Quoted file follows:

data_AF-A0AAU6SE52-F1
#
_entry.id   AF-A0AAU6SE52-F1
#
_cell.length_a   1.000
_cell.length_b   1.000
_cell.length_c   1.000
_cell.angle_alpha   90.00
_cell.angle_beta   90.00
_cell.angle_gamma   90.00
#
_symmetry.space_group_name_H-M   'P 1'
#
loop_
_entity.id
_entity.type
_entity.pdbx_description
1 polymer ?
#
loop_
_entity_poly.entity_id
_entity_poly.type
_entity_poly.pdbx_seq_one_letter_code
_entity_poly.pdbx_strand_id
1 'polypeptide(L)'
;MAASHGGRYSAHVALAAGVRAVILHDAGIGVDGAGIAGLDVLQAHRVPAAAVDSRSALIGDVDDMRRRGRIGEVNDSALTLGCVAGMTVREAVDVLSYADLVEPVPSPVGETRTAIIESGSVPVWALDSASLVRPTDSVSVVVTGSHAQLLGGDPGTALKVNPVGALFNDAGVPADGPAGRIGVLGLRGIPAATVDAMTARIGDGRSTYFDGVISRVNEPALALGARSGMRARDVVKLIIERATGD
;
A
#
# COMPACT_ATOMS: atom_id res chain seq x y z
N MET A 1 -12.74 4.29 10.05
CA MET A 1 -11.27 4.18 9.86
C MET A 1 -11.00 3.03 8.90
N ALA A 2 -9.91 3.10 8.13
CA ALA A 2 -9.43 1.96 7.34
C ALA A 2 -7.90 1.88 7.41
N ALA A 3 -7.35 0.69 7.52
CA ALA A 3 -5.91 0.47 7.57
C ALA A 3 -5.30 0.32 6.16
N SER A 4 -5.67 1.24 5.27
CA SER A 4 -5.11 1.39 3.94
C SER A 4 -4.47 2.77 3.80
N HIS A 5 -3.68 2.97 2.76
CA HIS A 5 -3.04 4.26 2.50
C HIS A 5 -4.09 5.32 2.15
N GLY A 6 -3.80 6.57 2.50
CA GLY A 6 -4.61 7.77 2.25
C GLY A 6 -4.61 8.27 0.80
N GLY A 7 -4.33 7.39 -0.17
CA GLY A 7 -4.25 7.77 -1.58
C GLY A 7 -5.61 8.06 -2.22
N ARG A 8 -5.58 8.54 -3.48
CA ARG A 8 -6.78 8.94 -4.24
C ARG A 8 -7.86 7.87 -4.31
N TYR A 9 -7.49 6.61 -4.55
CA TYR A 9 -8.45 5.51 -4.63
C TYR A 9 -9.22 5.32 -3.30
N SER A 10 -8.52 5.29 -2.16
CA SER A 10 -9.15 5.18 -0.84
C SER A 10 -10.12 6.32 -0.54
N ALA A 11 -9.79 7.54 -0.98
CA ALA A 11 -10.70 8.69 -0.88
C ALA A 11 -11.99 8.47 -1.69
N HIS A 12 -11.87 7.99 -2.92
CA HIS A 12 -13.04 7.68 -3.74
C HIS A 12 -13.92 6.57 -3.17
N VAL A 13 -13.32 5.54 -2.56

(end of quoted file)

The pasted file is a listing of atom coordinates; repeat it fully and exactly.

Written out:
data_AF-A0AAU6SE52-F1
#
_entry.id   AF-A0AAU6SE52-F1
#
_cell.length_a   1.000
_cell.length_b   1.000
_cell.length_c   1.000
_cell.angle_alpha   90.00
_cell.angle_beta   90.00
_cell.angle_gamma   90.00
#
_symmetry.space_group_name_H-M   'P 1'
#
loop_
_entity.id
_entity.type
_entity.pdbx_description
1 polymer ?
#
loop_
_entity_poly.entity_id
_entity_poly.type
_entity_poly.pdbx_seq_one_letter_code
_entity_poly.pdbx_strand_id
1 'polypeptide(L)'
;MAASHGGRYSAHVALAAGVRAVILHDAGIGVDGAGIAGLDVLQAHRVPAAAVDSRSALIGDVDDMRRRGRIGEVNDSALTLGCVAGMTVREAVDVLSYADLVEPVPSPVGETRTAIIESGSVPVWALDSASLVRPTDSVSVVVTGSHAQLLGGDPGTALKVNPVGALFNDAGVPADGPAGRIGVLGLRGIPAATVDAMTARIGDGRSTYFDGVISRVNEPALALGARSGMRARDVVKLIIERATGD
;
A
#
# COMPACT_ATOMS: atom_id res chain seq x y z
N MET A 1 -12.74 4.29 10.05
CA MET A 1 -11.27 4.18 9.86
C MET A 1 -11.00 3.03 8.90
N ALA A 2 -9.91 3.10 8.13
CA ALA A 2 -9.43 1.96 7.34
C ALA A 2 -7.90 1.88 7.41
N ALA A 3 -7.35 0.69 7.52
CA ALA A 3 -5.91 0.47 7.57
C ALA A 3 -5.30 0.32 6.16
N SER A 4 -5.67 1.24 5.27
CA SER A 4 -5.11 1.39 3.94
C SER A 4 -4.47 2.77 3.80
N HIS A 5 -3.68 2.97 2.76
CA HIS A 5 -3.04 4.26 2.50
C HIS A 5 -4.09 5.32 2.15
N GLY A 6 -3.80 6.57 2.50
CA GLY A 6 -4.61 7.77 2.25
C GLY A 6 -4.61 8.27 0.80
N GLY A 7 -4.33 7.39 -0.17
CA GLY A 7 -4.25 7.77 -1.58
C GLY A 7 -5.61 8.06 -2.22
N ARG A 8 -5.58 8.54 -3.48
CA ARG A 8 -6.78 8.94 -4.24
C ARG A 8 -7.86 7.87 -4.31
N TYR A 9 -7.49 6.61 -4.55
CA TYR A 9 -8.45 5.51 -4.63
C TYR A 9 -9.22 5.32 -3.30
N SER A 10 -8.52 5.29 -2.16
CA SER A 10 -9.15 5.18 -0.84
C SER A 10 -10.12 6.32 -0.54
N ALA A 11 -9.79 7.54 -0.98
CA ALA A 11 -10.70 8.69 -0.88
C ALA A 11 -11.99 8.47 -1.69
N HIS A 12 -11.87 7.99 -2.92
CA HIS A 12 -13.04 7.68 -3.74
C HIS A 12 -13.92 6.57 -3.17
N VAL A 13 -13.32 5.54 -2.56